It’s National Nutrition Month and while it may not be everybody’s favorite thing to celebrate, here at the Meriden Health Department we’re pretty excited, especially because this year’s theme is “get your plate in shape.”
A new food “plate” was introduced by the U.S. Department of Agriculture (USDA) in late 2010. This plate replaces the food pyramid, which makes sense – we eat off of plates, not pyramids! The food plate is broken down into 4 groups – fruits, vegetables, grains, and protein (i.e. meat, poultry, beans, eggs, tofu). Dairy is off to the side, featured in a glass.
The new plate encourages making half of your plate fruits and vegetables. Fruits provide nutrients vital for health, such as potassium, dietary fiber, and vitamin C. Most fruits are naturally low in fat, sodium, and calories. None have cholesterol. Fruits may be fresh, canned, frozen, or dried, and may be whole, cut-up, or pureed. One-hundred percent fruit juice also counts! Keep a bowl of seasonal fruit on your kitchen counter as a reminder to dig in! Dried fruit, such as raisins, also make a great snack.
It’s easy to eat more vegetables! Eating vegetables is important because they provide vitamins and minerals and most are low in calories. When fresh is not available, or is too expensive, think frozen and canned. Cook frozen vegetables in the microwave or in a skillet for a quick-and-easy dish to add to any meal. Be careful not to purchase vegetables with “sauces” – they can add a lot of extra calories and salt to your diet. If you purchase canned, look for low or no sodium (salt) and rinse the canned vegetables well before heating and serving.
Bread, pasta, oatmeal, breakfast cereals, tortillas, and grits are examples of food found in the grain group. The take home message here is to make half of your grains whole grains. Read the ingredients list and choose products that name a whole grain ingredient first on the list. Look for “whole wheat,” “brown rice,” “bulgur,” “buckwheat,” “oatmeal,” “whole-grain cornmeal,” “whole oats,” “whole rye,” or “wild rice.” The kids can help with this task – make them nutrition detectives during your shopping trip!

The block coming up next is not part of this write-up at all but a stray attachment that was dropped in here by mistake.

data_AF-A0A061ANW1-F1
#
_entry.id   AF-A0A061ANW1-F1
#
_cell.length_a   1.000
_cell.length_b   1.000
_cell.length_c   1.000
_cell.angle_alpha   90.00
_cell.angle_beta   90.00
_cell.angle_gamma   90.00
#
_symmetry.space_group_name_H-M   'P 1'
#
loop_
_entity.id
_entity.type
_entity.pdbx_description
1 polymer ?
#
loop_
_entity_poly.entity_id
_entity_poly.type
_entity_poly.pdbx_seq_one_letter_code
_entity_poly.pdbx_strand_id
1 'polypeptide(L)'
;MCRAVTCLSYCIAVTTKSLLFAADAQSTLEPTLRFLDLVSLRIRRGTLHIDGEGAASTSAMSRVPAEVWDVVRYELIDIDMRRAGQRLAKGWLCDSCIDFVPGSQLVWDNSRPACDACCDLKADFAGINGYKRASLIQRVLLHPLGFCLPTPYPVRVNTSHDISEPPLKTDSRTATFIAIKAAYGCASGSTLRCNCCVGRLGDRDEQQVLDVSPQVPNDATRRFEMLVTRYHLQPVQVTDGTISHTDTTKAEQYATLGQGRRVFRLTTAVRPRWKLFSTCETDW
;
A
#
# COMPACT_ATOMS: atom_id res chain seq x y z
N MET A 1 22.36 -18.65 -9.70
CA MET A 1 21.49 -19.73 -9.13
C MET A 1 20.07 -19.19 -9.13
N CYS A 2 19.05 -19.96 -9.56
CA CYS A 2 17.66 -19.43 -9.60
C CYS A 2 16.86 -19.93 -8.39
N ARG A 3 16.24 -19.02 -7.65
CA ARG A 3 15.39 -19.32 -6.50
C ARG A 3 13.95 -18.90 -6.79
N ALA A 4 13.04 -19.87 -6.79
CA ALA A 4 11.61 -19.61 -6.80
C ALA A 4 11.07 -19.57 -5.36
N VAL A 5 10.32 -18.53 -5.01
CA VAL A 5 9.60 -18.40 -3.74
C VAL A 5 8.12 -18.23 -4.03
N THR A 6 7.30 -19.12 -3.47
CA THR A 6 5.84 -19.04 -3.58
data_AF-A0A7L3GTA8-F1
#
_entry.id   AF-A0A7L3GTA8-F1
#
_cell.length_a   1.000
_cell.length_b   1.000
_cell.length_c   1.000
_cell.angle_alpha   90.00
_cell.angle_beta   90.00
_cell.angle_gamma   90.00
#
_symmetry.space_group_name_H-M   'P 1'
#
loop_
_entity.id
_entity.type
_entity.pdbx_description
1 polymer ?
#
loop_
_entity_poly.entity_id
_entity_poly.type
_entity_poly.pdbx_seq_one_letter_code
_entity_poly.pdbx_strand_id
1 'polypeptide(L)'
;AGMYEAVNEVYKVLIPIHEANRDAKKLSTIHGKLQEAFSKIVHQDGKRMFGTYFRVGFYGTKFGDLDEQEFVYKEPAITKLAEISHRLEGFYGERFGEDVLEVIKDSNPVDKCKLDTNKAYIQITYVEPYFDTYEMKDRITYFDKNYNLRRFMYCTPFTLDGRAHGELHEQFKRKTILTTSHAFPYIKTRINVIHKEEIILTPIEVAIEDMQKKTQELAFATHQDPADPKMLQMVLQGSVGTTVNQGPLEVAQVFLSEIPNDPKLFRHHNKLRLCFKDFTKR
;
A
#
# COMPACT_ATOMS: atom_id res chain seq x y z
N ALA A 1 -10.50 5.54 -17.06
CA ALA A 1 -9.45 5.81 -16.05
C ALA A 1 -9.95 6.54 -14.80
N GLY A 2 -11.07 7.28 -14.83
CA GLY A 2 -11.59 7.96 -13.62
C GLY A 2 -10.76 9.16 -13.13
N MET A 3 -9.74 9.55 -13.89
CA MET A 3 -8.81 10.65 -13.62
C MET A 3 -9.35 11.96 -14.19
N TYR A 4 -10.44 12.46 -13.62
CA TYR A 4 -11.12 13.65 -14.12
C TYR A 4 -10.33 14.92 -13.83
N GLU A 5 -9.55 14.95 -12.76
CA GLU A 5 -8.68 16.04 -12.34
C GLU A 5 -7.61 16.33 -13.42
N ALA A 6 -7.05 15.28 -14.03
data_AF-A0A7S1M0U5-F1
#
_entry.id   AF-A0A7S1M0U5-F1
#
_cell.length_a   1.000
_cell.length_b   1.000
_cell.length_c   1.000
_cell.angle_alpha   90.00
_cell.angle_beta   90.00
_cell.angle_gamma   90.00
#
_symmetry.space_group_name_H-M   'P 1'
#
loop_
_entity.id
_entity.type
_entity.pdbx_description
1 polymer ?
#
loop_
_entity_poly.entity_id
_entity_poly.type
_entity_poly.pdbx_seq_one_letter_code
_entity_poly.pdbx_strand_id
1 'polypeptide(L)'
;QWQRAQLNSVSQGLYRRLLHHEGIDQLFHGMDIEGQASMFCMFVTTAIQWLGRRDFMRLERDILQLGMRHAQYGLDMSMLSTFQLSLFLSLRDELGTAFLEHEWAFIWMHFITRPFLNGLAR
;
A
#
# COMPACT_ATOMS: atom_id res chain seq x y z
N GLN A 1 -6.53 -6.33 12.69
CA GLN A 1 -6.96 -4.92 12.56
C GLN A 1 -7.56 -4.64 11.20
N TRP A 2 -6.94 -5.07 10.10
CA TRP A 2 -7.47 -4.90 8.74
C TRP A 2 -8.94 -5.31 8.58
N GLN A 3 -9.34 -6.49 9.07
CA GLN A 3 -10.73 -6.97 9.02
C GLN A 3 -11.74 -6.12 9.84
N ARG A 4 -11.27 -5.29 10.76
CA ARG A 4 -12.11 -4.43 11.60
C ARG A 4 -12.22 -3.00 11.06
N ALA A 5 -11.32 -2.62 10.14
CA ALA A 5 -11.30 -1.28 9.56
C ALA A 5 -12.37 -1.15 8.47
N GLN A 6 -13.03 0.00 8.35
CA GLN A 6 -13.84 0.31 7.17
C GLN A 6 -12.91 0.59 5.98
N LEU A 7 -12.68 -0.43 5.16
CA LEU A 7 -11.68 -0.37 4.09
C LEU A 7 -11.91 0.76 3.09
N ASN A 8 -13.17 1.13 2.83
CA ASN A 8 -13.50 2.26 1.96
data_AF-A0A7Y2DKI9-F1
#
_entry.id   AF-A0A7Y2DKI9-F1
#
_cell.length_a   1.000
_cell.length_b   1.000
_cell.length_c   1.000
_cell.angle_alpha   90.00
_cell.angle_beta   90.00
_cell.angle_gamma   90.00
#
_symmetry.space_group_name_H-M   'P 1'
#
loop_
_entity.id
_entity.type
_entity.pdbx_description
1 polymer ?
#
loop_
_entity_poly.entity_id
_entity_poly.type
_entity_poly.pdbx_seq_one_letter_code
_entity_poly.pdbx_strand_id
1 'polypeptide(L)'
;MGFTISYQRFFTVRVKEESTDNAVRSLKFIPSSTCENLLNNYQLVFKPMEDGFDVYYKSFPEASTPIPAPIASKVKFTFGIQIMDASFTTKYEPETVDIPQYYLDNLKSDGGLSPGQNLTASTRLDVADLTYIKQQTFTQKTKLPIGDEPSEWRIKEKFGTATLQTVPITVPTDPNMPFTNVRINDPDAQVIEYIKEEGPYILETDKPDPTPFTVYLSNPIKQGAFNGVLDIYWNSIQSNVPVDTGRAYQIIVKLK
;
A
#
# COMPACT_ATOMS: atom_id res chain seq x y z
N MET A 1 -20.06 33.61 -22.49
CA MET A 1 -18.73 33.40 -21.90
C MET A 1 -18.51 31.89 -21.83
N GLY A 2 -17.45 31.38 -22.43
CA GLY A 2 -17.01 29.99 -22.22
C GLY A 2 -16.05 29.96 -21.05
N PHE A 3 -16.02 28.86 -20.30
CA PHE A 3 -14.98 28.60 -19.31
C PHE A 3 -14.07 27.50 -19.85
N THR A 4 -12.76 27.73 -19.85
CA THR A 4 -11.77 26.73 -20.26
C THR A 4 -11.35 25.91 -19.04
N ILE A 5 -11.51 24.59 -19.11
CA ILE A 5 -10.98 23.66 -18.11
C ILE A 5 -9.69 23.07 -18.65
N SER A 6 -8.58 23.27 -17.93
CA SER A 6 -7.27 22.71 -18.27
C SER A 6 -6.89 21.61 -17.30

The dairy group includes milk, yogurt, cheese, and fortified soymilk. They provide calcium, vitamin D, potassium, protein, and other nutrients needed for good health throughout life. Choices should be low-fat or fat-free. Regular cream cheese, cream, and butter are not part of the dairy food group. They are high in saturated fat and have little or no calcium.
Protein foods include both animal (meat, poultry, seafood, and eggs) and plant (beans, peas, soy products, nuts, and seeds) sources. We all need protein—but most Americans eat enough, and some eat more than they need. The recommended amount is 8 grams of protein for every 20 pounds of body weight. This means a 150 pound person should eat about 60 grams of protein a day. This can add up quick – 1 cup of cooked lentils has 18 grams of protein!
The plate image is a reminder to us to eat a healthy, balanced diet, and, well, to eat off of plates as much as possible. Much of the food we eat is directly out of bags, boxes, and plastic trays. Our next article will give fun tips on ways to change where and how you eat, which can sometimes influence how much we eat. Stay tuned! For more information on the food plate, please visit www.choosemyplate.gov.